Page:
Wiped out by grunge wave in the ’90s, this indie band is back and making a splash

Save articles for later

Add articles to your saved list and come back to them any time.

A little over 30 years ago, melodic guitar outfit Greenhouse was making a name for itself in Melbourne’s alternative music scene and looked set for bigger things.

But then, in the early 1990s, a “wave of grunge” music led by Nirvana came and wiped the band out, singer Michael Robinson said.

Greenhouse this week, left to right, Lisa Gibbs, Matthew Sigley, Michael Robinson, Johnny Helmer, Alex Jarvis and Craig Mitchell at Forum Melbourne where they will support Happy Mondays in October.Credit: Simon Schluter

Greenhouse had released three singles, supported international acts including Concrete Blonde and was being courted by record labels such as EMI and Chrysalis, Robinson said.

But then “the industry flipped”. No one was interested in the band’s sound.

“When Nirvana’s album Nevermind came out, radio changed, record companies changed, everyone jumped to get on to this new thing,” Robinson said.

“All of a sudden, chequered flannelette shirts, ripped jeans and dirty hair was in. Melody and nice clothes were out, and that was where we lived.”

Greenhouse in 1990, left to right: Dean Linguey, Johnny Helmer, Michael Robinson and Glen Galloway.Credit: Tony Aitken

Greenhouse, which formed in 1988 in Geelong, broke up in 1993 and never released an album.

Fast-forward to 2023 – and everything has changed.

Greenhouse has reunited, are about to release their first album – Centre of the Universe – and have landed some big gigs.

“It’s a bit mad for sure,” Robinson said of the belated comeback that will see Greenhouse support 1980s English band Happy Mondays on their Australian tour in October.

Greenhouse performing at The Barwon Club Hotel in October 2022. Left to right Lisa Gibbs, Alex Jarvis, Michael Robinson, Johnny Helmer. Obscured are Craig Mitchell and Dean Linguey.

In November, the band will embark on a three-week UK jaunt – their first overseas tour – that includes a slot at the Shiiine On music festival in Somerset, England.

Robinson, who became an actor and voice-over artist and played in a Neil Diamond cover band after Greenhouse split, said: “I am equal parts bursting with excitement and recoiling in terror.”

Record cover illustrated by artist Jim Pavlidis for Greenhouse’s single See-Saw from the band’s original period together of 1988 to 1993.

“I think it’s such a great opportunity for us to be able to have another swipe at it, to get out and play in front of audiences that are coming to see us from back in the day, but also there’s a whole bunch of new punters that are getting into the band.”

The death of drummer Glen Galloway from cancer in February 2020 was a catalyst to address “unfinished business”, Greenhouse guitarist Johnny Helmer said.

A few months before he died, Galloway – Helmer’s friend since they were students at Geelong College – rented a former church as a “band camp” for the band to record some tracks at Lyonville near Daylesford.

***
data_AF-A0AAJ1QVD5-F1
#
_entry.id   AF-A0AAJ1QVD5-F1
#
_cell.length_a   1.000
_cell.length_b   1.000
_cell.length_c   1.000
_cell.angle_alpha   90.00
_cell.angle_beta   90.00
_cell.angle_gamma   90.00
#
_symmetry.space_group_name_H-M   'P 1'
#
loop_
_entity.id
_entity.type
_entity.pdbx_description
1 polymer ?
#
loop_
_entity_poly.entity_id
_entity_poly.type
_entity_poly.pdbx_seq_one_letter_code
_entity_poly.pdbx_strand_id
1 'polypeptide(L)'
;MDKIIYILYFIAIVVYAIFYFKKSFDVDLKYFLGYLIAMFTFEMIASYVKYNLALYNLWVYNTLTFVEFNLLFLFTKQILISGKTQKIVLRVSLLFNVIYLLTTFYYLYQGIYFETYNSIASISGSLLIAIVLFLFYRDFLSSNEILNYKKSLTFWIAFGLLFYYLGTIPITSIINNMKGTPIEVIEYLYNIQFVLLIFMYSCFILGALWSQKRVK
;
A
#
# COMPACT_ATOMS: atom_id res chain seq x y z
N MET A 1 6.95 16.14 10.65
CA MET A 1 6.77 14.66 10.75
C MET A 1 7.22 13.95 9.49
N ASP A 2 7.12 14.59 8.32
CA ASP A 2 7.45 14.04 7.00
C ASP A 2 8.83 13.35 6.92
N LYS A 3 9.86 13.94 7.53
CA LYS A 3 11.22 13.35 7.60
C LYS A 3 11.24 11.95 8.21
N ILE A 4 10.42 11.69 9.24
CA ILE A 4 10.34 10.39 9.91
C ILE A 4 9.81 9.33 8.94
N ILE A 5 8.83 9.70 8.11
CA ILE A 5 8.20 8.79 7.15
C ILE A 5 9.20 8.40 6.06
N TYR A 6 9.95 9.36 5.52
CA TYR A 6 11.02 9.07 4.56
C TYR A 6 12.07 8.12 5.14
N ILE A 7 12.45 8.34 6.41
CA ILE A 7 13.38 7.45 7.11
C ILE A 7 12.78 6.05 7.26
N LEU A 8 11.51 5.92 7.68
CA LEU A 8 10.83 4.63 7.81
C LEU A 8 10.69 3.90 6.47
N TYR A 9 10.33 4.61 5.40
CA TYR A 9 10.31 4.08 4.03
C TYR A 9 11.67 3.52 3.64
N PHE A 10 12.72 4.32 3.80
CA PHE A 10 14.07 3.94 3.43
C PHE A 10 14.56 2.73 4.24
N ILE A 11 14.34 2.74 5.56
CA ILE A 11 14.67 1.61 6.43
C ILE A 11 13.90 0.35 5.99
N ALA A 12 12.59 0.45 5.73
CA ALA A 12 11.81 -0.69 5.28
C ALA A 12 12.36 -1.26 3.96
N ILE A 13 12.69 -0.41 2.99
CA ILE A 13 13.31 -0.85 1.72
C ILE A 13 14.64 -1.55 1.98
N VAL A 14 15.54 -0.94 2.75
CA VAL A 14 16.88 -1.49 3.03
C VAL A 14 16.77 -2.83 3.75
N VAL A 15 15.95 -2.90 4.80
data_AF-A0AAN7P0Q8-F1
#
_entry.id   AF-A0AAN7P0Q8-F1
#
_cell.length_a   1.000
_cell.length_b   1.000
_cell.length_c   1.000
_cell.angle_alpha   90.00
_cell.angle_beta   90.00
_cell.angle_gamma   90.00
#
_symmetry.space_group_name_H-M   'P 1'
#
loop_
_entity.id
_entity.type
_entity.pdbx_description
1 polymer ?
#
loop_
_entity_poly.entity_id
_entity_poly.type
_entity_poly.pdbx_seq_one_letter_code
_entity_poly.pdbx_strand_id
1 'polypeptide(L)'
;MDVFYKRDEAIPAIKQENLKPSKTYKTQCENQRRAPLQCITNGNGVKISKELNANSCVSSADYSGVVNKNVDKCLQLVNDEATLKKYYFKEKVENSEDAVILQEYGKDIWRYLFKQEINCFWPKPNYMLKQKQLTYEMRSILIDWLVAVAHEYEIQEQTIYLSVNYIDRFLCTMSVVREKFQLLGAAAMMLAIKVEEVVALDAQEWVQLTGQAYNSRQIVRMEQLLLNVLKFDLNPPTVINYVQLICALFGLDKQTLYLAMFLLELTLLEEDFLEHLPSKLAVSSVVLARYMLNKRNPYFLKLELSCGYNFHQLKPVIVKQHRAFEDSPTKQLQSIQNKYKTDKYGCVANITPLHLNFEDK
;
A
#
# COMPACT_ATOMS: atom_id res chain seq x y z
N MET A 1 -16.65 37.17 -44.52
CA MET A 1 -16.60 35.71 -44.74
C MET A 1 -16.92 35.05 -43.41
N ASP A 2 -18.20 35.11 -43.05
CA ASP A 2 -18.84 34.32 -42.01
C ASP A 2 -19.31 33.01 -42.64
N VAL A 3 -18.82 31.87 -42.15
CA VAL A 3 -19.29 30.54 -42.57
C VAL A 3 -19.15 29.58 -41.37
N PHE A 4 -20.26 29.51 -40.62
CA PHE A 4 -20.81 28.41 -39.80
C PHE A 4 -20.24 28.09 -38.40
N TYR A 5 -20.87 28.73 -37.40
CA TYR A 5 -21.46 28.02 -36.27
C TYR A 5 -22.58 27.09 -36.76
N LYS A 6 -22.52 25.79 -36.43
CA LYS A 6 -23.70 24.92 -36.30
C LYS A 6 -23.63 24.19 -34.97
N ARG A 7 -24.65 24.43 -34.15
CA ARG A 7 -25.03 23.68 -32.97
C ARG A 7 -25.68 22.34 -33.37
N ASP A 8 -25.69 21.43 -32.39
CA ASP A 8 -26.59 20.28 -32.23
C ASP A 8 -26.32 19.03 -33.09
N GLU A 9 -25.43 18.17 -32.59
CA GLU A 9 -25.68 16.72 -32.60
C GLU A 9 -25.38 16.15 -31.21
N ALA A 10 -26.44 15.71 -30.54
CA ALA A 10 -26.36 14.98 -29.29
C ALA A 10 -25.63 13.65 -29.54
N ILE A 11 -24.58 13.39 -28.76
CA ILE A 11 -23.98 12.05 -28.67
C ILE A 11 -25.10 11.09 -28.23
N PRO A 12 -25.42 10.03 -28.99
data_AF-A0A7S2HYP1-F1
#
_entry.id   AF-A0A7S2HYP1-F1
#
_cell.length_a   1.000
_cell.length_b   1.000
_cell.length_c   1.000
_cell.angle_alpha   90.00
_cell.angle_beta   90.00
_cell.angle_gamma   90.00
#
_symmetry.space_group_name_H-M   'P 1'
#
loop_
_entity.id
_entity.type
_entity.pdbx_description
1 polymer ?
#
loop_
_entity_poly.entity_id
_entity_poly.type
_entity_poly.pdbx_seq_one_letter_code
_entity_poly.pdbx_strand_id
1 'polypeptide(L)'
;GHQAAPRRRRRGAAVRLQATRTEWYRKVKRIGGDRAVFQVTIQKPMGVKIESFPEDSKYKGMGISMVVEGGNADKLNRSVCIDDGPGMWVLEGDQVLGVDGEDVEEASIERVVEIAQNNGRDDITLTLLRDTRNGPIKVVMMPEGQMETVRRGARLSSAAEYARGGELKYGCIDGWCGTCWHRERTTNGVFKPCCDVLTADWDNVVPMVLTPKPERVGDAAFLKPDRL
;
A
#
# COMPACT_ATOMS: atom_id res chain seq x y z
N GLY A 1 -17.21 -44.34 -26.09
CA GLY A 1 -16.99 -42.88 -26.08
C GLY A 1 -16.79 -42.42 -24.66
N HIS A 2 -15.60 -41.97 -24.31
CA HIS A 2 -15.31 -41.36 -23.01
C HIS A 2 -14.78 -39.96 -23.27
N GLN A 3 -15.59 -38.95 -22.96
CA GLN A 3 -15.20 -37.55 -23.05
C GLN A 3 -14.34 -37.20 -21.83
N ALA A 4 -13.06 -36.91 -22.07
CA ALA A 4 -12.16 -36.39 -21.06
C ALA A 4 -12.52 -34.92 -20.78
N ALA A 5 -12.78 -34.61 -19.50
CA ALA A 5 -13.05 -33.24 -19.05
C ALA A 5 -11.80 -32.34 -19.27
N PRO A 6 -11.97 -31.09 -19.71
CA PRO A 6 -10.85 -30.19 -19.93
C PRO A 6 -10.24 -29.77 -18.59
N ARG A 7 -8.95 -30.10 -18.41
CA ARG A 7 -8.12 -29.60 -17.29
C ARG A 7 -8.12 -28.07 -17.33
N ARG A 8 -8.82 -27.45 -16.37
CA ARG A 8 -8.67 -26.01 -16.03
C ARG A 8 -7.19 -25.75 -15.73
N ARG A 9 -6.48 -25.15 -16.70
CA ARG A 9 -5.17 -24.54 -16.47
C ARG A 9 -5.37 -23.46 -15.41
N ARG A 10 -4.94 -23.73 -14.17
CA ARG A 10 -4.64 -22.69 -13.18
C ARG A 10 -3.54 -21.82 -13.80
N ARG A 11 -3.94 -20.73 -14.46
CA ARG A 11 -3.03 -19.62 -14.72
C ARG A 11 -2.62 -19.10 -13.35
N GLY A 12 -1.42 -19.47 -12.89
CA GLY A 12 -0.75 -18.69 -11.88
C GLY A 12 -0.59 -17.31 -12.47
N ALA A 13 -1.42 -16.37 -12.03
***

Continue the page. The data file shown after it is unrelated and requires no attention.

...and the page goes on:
“I remember Glen resting on a couch and saying to me, ‘Oh f—, I wish we’d done an album’,” Helmer said

Later in 2020, the band was mentioned on the Facebook page Sound as Ever: Australian Indie 1990-1999, which was started by broadcaster and author Jane Gazzo and pop music aficionado Scott Thurling.

Greenhouse publicity photo from 1991. Left to right: Glen Galloway, Johnny Helmer, Dean Linguey and Michael Robinson.Credit: Tony Mott

The Greenhouse song Pray was a selected for Sound As Ever’s compilation album of 1990s indie bands, Stuck on the 90s.

In March 2021, the band played their first comeback gigs, supporting The Earthmen in a sellout show at Lulie Tavern in Abbotsford and Underground Lovers at Brunswick Ballroom.

Then came the offer to support the Happy Mondays and the slot at Shiiine On, playing before English alternative rock band The Boo Radleys, and the new album.

“It’s incredible,” Robinson said. “It’s like we’ve been frozen, and thawed out.”

“We’ve come out and we still have the same energy for the music, and a love of playing live and connecting with an audience.

“It’s kind of just a continuation, like someone’s subtracted 30 years, and the next step is to go to England and we’ve been given that opportunity.”

Sound As Ever’s label is releasing Greenhouse’s new album – 10 never-before-recorded tracks.

“It’s a very contemporary album,” Helmer said. “It’s not steeped in nostalgia or ‘of a time’. It’s a relevant guitar record, for now. It’s not like a time capsule, not at all.”

When the band hits the stage, Robinson will sing – but won’t play guitar.

Three months ago, a flesh-eating infection from a trapdoor spider bite spread up his arm. Robinson could have died. He has had three operations including an implant in his right index finger.

He said he was feeling better now but there was no way he would have missed the new gigs, kicking off with album launches at Eureka Hotel in Geelong on September 9 and the Cactus Room in Thornbury on September 15.

“Nothing’s going to stop me playing these gigs and touring,” he said. “It kind of goes to making the most of these opportunities.”

“We said ‘no’ to a lot of things back in the day,” Robinson said. “We turned down publishing deals and turned down tours and things didn’t work out for us.

“This time around we decided we’re saying ‘yes’ to everything. And everything has been working out.”

Get the day’s breaking news, entertainment ideas and a long read to enjoy. Sign up to receive our Evening Edition newsletter here.

Most Viewed in National

From our partners

Source: Read Full Article

click fraud detection